Bowers Beach is located along the west coast of the Delaware Bay between St. Jones River to the north and the Murderkill River to the south in Kent County. It is the ancestral homeland of the Lenni-Lenape people.
We know very little about the leisure activities at Bowers Beach during the early twentieth century and nowhere is it designated as an exclusively Black beach. However, the timetable, shown here, indicates that the beach was being visited by vacationers from out of town throughout the summer. The beach was also mentioned several times in the August issues of the Delaware Gazette and State Journal or the Evening Journal newspapers, but only when violence occurred during Big Thursday, Big Saturday, and random other occasions.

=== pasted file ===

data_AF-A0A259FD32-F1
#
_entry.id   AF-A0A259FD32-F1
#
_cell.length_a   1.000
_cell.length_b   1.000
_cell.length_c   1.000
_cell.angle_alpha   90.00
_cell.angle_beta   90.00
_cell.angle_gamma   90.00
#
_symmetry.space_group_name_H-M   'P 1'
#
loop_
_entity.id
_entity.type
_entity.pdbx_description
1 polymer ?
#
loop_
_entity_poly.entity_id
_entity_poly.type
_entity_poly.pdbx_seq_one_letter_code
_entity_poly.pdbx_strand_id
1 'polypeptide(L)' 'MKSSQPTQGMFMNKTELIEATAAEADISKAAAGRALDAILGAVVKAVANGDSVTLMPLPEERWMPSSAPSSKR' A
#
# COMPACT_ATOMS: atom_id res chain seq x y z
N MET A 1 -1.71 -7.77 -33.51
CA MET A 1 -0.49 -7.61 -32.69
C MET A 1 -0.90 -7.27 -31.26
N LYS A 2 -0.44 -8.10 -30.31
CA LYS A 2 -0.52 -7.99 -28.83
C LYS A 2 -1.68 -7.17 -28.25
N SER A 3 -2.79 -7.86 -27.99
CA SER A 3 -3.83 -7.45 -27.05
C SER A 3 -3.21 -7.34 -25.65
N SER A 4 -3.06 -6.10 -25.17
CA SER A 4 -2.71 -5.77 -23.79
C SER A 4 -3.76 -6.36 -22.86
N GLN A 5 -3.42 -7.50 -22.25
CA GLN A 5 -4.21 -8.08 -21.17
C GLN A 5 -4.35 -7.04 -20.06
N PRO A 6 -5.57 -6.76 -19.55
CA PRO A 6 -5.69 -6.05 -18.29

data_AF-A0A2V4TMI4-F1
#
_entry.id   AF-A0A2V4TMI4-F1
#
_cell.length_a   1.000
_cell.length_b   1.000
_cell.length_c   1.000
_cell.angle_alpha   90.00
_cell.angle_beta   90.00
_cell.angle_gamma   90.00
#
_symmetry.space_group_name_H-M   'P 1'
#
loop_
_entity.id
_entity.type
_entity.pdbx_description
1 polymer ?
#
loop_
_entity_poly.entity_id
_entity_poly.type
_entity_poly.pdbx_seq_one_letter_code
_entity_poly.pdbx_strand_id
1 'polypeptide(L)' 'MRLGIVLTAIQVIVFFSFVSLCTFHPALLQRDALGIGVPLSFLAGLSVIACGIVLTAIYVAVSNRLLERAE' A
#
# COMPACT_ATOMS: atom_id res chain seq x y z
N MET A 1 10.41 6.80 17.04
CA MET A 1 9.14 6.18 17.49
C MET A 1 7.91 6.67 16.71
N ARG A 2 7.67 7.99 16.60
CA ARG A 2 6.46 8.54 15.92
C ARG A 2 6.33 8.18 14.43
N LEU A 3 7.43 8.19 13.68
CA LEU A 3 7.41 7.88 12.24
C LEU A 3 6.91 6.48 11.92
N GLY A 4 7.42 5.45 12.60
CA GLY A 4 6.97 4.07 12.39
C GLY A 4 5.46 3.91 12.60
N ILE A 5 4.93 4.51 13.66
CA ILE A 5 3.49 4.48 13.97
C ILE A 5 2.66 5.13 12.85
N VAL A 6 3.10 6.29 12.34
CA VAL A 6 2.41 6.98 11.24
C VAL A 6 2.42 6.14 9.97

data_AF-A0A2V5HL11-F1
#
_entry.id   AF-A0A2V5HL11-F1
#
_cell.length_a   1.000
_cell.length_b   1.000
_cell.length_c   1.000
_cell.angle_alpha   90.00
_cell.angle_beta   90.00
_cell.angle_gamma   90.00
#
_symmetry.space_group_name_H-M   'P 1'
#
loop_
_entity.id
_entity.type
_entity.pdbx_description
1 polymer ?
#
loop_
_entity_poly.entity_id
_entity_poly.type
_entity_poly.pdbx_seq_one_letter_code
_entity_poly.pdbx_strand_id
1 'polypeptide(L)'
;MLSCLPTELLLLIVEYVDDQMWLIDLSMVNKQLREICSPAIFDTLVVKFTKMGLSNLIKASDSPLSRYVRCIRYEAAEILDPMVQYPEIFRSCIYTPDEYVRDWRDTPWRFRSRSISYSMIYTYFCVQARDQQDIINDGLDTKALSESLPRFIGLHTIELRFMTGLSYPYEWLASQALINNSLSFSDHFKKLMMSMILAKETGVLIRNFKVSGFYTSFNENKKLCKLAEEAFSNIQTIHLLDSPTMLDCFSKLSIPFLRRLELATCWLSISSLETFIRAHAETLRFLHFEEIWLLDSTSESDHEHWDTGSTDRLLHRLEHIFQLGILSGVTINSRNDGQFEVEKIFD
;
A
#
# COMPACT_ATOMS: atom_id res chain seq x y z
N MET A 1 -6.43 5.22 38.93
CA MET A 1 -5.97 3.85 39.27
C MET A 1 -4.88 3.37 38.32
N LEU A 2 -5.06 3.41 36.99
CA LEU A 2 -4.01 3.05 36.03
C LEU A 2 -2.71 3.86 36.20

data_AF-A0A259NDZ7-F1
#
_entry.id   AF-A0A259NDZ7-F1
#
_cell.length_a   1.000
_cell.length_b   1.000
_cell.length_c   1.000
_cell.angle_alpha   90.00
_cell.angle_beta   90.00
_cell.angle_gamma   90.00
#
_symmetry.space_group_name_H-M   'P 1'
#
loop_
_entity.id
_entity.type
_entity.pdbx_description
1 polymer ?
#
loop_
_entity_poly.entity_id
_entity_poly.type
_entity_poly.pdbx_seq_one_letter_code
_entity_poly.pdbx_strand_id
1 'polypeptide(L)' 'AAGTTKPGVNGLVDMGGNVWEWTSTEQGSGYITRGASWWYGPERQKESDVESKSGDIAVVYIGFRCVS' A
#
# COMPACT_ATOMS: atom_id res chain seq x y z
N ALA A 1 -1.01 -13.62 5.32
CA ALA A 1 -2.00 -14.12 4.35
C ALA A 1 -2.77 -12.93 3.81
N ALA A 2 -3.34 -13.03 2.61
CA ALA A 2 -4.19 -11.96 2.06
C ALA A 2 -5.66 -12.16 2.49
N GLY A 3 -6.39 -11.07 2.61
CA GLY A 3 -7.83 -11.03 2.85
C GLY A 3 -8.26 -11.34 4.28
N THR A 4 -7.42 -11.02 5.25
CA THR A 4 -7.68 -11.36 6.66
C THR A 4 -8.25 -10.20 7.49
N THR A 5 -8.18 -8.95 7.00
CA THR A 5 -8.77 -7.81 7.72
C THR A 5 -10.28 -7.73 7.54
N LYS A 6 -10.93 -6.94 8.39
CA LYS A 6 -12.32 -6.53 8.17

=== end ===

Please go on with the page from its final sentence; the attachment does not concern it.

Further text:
Screenshot of the Delaware Gazette and State Journal August 18, 1898 article about the recent incidents at the “Big Thursday” event at Bowers Beach.
The incidents appear to take place around the time of “Big Thursday” the event held for white people and “Big Saturday” the event held for Black people to celebrate the beginning of oyster season. These two days were a celebratory time for people because there was a law enacted on February 4, 1835 that regulated times of the year when oystering could take place. Despite the day being geared towards white people there was a location south of the main entrance of the beach where Black beach-goers would gather to also celebrate the beginning of oyster season. The event is still held today at Bowers Beach, however now they are held on a Sunday in October.
- Dr. Reba Hollingsworth, Oral History conducted by Kelli Barnes, August 12, 2021.
- Duffy, Jim. “The Bowers Beach Oyster Back that Dates Clear Back to 1852.” Secrets of the Eastern Shore. Blog Post. 2016 Oct 9.
- Scharf, J. Thomas. “Chapter LXII: South Murderkill Hundred.”
- History of Delaware, 1609-1888. Volume II. Philadelphia: L.J. Richards & Co. 1888. P. 1147-1171.